June 7, 2023
The sudden and shocking collapse in air quality today in NYC has many of us alarmed for our health, and the health of our loved ones. The union reached out to CUNY today to express our concern, and to ask that all employees be released to work remotely immediately if they wished. CUNY subsequently sent the following guidance to all Presidents and Deans:
- “Please endeavor to reduce the percentage of outdoor air in your HVAC systems where possible and make sure face masks are available to campus community members and visitors who may want or need one.
- Any scheduled outdoor activities on your campuses can be moved to an indoor venue, postponed or rescheduled, at your discretion.
There are currently no plans to close CUNY facilities early. However, employees should be advised to consult with their direct supervisors if they prefer to work remotely due to health concerns for the rest of the day or for tomorrow, Thursday, June 8th.
- For those campuses with classes in session, you may consider switching on-site sessions to a remote modality.”
We are beginning to see messages from some colleges informing employees that non-essential employees are permitted to work remotely. Please watch for communications from your college administration.
The union has further urged CUNY that they require supervisors to release staff who express that they are experiencing respiratory or other adverse responses to the poor air quality to work from home if they do not need sick leave. Please contact the union at [email protected] if you are being required to report to an unsafe working environment, or have asked for remote work due to the poor air quality and have had it denied.
We additionally shared with CUNY, and share with you here, guidance that our Health and Safety Watchdogs have given us to help keep us safer during this emergency. Thank you Watchdogs! For offices and schools, CUNY should:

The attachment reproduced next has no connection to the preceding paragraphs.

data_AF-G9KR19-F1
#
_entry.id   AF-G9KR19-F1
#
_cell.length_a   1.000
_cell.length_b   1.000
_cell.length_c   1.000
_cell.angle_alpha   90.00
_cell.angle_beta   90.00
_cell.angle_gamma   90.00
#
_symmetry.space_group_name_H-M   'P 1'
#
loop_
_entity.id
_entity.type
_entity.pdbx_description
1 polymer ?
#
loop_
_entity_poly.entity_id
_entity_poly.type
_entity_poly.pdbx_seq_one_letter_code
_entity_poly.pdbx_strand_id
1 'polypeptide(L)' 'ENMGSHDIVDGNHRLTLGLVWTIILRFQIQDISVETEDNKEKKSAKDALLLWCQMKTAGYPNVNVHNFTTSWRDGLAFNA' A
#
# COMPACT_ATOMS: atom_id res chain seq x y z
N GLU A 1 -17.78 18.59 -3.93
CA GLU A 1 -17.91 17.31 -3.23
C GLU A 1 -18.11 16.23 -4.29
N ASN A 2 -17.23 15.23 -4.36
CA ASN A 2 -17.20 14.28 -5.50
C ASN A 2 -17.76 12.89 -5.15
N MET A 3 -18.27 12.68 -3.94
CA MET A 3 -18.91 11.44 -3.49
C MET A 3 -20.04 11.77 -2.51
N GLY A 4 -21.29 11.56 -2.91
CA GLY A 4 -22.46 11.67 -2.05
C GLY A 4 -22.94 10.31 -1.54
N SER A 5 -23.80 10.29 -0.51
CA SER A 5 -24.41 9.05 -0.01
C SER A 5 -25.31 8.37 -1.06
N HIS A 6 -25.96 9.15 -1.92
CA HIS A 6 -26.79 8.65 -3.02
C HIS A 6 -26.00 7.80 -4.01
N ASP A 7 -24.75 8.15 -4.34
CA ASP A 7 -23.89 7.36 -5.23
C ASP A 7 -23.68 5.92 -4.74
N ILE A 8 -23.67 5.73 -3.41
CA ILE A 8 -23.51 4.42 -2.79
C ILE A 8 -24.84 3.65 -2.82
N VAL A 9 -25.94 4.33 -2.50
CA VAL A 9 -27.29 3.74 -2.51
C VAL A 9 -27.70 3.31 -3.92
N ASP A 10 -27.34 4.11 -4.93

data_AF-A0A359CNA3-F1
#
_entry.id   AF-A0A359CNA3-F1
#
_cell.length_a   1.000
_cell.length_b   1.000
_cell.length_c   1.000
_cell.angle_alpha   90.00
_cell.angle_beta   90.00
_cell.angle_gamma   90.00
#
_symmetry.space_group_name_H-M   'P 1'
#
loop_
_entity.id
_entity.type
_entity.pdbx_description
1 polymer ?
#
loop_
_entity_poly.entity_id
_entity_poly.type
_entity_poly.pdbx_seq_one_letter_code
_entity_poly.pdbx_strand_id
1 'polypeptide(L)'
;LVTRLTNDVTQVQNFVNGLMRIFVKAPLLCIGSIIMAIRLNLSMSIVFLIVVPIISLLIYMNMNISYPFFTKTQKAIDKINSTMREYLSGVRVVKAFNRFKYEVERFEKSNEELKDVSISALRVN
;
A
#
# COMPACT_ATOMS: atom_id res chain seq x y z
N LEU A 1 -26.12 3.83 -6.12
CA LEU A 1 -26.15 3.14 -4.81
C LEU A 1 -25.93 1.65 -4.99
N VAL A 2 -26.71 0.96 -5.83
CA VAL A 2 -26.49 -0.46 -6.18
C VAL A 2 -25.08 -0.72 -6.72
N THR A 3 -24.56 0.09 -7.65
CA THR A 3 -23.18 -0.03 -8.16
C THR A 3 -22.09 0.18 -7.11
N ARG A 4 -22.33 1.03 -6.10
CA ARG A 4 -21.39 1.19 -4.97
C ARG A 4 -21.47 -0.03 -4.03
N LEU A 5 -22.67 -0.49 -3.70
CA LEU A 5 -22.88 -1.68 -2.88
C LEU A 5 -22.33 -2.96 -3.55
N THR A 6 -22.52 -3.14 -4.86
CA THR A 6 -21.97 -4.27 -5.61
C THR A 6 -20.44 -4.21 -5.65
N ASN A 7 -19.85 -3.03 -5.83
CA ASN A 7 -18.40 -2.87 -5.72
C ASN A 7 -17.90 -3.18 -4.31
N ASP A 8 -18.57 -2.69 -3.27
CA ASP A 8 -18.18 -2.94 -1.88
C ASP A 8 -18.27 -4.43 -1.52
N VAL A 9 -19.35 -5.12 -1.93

- Make HEPA air purifiers available and use actively throughout buildings
- Increase level of filtration to MERV 13
- Run HVAC systems at full capacity
- Consider closing buildings early today and tomorrow
And guidance from our experts for the entire University community:
- Stay indoors as much as possible and avoid strenuous activity when outdoors.
- Wearing an N95 or a KN94 respirator can provide some protection from the smoke particulate in contrast to surgical masks and other face coverings which provide very little protection.
- Keep windows closed in your home and office.
- If you have a HEPA air filtration unit in your home or office, run it continuously.
- Air conditioner units will cool indoor air but won’t provide adequate filtration of smoke particles. While most air conditioners don’t provide ventilation, some have a “fresh air” setting which should be closed to prevent bringing in outside air. Here’s how.
- Many CUNY campuses have HVAC systems with MERV 13 filters, which can filter out particles of wildfire smoke, so air supplied by those systems should be acceptable.
- Ask to be allowed to work from home especially (but not only) if you have a health condition that could be aggravated by smoke (asthma, COPD, heart disease).
Unfortunately, warmer and drier conditions and other problems caused by climate change will mean that outdoor air quality disasters like this one will not be the last. We urge you to get involved with our health and safety committees, our environmental justice working group, your campus action teams, and our contract campaign–so that we win better health, safety, and environmental standards at CUNY, and collectively engage the broader struggle to give our city and planet a healthier and more sustainable future.
In the meantime, wishing us all safety and good health, and a fast return to a breathable city.
James Davis, PSC President
Andrea Vásquez, PSC First Vice President
Felicia Wharton, PSC Treasurer
Penny Lewis, PSC Secretary
Published: June 8, 2023